The differences between inks
Usually you associate a pen holder with an inkwell. In fact ink has been made and used by man for 5000 years. The Latin word tincta can be translated as “colored water”. In the old days ink was made from graphite or soot ground with water and mixed wit gum arabic to thicken it. Another centuries-old recipe that’s still around today featured gall nuts and iron salts. This ink is permanent, but it is corrosive and damages the paper it is written on.
Inks based on water contain color as chemically dissolved dye. They are thinner, usually not water-proof and not lightfast, they dry with a more transparent look, They are available in many different colors. When your calligraphy has to last for many years, you usually use pigment-based ink. When pigment-based ink is mixed a binding agent, it can be made lightfast and waterproof this way.
Pigment-based ink (also called: China ink, India ink, drawing ink) contains color pigments as well as a binding agent like shellac or acrylic. They are thicker, denser and dry opaque on the page, they also don’t fade or change color over time. Those inks can not be used in fountain pens(!), but only with dip nib pens, they can be used for documents, drawings or anything that has to meet archival requirements. Usually this type of ink is available in less colors.
When do I use which ink?
- For practice you can use any kind of ink, for very fine, thin lines you might prefer dye-based ink as they are thinner. Dye-based ink can be used when it’s not important that the result is lightfast or waterproof, and you can use it with either fountain pens and with dip nib pens.
- Pigment-based ink is used for documents or certificates – or just for other pieces you want to hang on your wall. Not every pigment-based ink is waterproof or lightfast though, so you’ll have to pay a bit of attention. You should only use pigment-based inks with a dip nib pen only, if you fill it into a fountain pen, it will dry up and ruin the pen forever.
Calligraphy Inks in review
These are mostly inks you can get over here in Germany. I’ll try and add more “international” inks over time.
- Standardgraph Zeichentusche:
Pigment-based ink, thick, opaque, steady flow. Inexpensive. My go-to-ink for a lot of projects. Only disadvantage: the smell. Good for beginners. Lightfast, waterproof.
- Lefranc Nan King China Ink:
Pigment-based ink, a bit difficult to get onto the nib due to the eyedropper, but also good writing characteristics. Waterproof, lightfast.
- Rohrer & Klingner Zeichentusche:
Pigment-based. Slightly more expensive, available in many colors. I find it a bit too thin for my style of calligraphy, it tends to “jump” from the nib and leaves puddles. Smell is better than that of the two above. Waterproof, lightfast.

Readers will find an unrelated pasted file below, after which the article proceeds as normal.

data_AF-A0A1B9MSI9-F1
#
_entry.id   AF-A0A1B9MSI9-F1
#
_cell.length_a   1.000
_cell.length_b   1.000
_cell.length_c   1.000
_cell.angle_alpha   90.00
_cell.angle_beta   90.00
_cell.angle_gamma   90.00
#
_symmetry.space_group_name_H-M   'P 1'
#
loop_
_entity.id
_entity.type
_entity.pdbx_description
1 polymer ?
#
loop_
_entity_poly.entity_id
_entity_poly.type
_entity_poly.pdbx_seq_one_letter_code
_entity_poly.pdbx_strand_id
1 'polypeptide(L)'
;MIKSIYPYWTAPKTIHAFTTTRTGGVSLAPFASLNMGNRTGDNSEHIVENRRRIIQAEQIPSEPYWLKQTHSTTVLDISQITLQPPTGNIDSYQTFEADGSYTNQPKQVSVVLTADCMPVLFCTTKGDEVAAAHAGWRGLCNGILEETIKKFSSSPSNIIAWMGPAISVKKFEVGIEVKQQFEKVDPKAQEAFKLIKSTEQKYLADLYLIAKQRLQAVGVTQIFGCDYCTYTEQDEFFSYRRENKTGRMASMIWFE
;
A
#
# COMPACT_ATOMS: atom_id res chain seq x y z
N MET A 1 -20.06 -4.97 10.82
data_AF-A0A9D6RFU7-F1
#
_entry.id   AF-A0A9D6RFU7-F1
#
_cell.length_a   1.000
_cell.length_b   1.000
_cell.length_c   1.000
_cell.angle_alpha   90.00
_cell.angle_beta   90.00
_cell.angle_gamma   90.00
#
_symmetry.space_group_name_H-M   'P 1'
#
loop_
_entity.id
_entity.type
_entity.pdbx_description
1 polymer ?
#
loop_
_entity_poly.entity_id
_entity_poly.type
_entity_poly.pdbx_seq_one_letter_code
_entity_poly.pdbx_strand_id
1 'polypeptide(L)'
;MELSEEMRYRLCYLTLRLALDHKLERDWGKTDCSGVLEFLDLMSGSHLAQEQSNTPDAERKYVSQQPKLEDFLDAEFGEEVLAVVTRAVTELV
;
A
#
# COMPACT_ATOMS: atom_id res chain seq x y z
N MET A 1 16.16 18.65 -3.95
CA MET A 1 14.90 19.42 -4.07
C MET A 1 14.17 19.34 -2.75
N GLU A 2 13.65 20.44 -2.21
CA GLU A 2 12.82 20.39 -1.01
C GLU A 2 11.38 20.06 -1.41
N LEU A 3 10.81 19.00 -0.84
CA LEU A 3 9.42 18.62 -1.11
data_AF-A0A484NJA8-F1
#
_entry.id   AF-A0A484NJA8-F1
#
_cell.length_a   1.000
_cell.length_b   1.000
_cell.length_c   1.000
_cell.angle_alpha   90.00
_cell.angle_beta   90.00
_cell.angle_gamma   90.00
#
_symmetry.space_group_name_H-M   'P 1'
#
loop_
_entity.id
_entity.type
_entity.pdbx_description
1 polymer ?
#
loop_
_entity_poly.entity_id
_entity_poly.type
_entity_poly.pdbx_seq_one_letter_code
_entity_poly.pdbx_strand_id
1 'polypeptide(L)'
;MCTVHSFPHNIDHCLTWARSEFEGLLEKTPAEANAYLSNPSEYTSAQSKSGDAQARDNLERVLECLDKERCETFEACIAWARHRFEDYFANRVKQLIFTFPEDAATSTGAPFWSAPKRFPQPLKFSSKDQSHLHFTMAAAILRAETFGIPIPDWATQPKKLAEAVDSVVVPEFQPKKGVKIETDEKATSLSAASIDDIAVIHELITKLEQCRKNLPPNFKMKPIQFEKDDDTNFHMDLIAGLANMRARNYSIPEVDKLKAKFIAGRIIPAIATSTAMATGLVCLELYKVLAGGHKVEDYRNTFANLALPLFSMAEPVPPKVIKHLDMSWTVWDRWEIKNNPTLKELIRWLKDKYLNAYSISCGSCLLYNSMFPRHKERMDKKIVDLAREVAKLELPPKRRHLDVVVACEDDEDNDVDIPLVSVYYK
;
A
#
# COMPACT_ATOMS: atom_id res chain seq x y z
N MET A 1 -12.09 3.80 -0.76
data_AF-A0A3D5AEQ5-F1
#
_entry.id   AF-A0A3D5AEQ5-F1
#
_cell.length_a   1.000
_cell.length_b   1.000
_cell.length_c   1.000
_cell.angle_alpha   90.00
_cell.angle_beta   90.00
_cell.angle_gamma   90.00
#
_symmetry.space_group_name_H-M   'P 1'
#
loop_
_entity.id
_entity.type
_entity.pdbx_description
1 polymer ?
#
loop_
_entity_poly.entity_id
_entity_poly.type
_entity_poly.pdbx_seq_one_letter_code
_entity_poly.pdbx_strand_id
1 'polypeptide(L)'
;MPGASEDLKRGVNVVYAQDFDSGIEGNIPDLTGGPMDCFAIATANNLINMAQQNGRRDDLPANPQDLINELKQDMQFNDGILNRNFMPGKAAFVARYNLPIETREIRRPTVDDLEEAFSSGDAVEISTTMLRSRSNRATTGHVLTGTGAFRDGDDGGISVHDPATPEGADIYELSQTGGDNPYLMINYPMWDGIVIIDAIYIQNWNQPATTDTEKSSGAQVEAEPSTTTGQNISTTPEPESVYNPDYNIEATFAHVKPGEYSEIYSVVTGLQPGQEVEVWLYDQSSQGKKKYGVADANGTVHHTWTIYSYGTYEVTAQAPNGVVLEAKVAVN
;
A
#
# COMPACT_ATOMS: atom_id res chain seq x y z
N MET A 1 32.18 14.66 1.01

- Koh-I-Noor Zeichentusche:
Pigment-based shellac ink. Available in many colors, and in small containers (good for testing). Rather thin, an even-looking result is hard to attain. Waterproof, lightfast. The small container makes it difficult to get the ink out of it.
- Deleter Black Ink No. 1:
Pigment-based. Not too thick, writes good, opaque. Good ink for beginners. Broad ink container. not waterproof, probably not lightfast
- Winsor & Newton Calligraphy Ink
Pigment-based. A good, slightly more expensive ink. A bit thinner than the above. Lightfast, not waterproof.
- Pelikan Tusche A
Pigment-based. In many colors available, slightly transparent ink. Comes in small containers (10 ml), good for testing purposes. Lightfast, not waterproof.
- Rohrer & Klingner Schreibtinte:
Dye-based ink. Very thin, good for fountain pens, many colors. With a dip nib the nib often “jumps” and leaves ink puddles. Not lightfast, not waterproof.
- Diamine Fountain Pen Ink:
Dye-based. Many colors to choose from, beautiful ink for fountain pens, inexpensive. Not lightfast, not waterproof.
- Pelikan Ink:
Most Germans will remember this ink from their school days (we actually learn to write with fountain pens over here). Good, inexpensive ink für fountain pens and dip nib pens that is easy to get everywhere. Not lightfast, not waterproof.
How to change the consistency of ink
There are a few tricks to change the consistency of ink.
- If your ink is too thin: add gum arabic. Fill your ink in an extra container, add a small dollop of gum arabic (available in art supply stores, usually amongst the watercolors). Gum arabic thickens more and more after some time, you’ll have to dilute it again with water.
- If your ink is too thick: add a few drops of water. It’s best to use a separate container for this too, and to use an eyedropper.
Often you can change the writing characteristics drastically with these methods.
Try it out for yourself
Ink should be chosen depending on the intended use and the writing utensil. The nib and the paper play a part too. As many tips as I can give you here, you’ll have to test out a few inks for yourself to find one you’re comfortable with and that works nicely for your calligraphy.